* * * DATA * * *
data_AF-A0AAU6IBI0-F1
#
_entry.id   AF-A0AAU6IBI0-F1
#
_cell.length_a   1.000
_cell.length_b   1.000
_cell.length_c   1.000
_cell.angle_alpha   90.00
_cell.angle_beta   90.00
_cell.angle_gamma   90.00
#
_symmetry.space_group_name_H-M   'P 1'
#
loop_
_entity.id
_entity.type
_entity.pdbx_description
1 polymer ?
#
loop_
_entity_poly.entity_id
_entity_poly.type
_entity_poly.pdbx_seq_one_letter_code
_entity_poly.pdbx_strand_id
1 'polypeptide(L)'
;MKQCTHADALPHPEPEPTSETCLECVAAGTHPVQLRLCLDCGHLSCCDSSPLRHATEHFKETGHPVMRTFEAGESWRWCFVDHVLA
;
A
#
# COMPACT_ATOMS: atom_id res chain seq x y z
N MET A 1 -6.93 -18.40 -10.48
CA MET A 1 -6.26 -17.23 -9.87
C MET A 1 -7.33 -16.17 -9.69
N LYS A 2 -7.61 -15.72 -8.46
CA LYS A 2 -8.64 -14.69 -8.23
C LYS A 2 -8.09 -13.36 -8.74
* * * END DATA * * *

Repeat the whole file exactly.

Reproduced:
data_AF-A0AAU6IBI0-F1
#
_entry.id   AF-A0AAU6IBI0-F1
#
_cell.length_a   1.000
_cell.length_b   1.000
_cell.length_c   1.000
_cell.angle_alpha   90.00
_cell.angle_beta   90.00
_cell.angle_gamma   90.00
#
_symmetry.space_group_name_H-M   'P 1'
#
loop_
_entity.id
_entity.type
_entity.pdbx_description
1 polymer ?
#
loop_
_entity_poly.entity_id
_entity_poly.type
_entity_poly.pdbx_seq_one_letter_code
_entity_poly.pdbx_strand_id
1 'polypeptide(L)'
;MKQCTHADALPHPEPEPTSETCLECVAAGTHPVQLRLCLDCGHLSCCDSSPLRHATEHFKETGHPVMRTFEAGESWRWCFVDHVLA
;
A
#
# COMPACT_ATOMS: atom_id res chain seq x y z
N MET A 1 -6.93 -18.40 -10.48
CA MET A 1 -6.26 -17.23 -9.87
C MET A 1 -7.33 -16.17 -9.69
N LYS A 2 -7.61 -15.72 -8.46
CA LYS A 2 -8.64 -14.69 -8.23
C LYS A 2 -8.09 -13.36 -8.74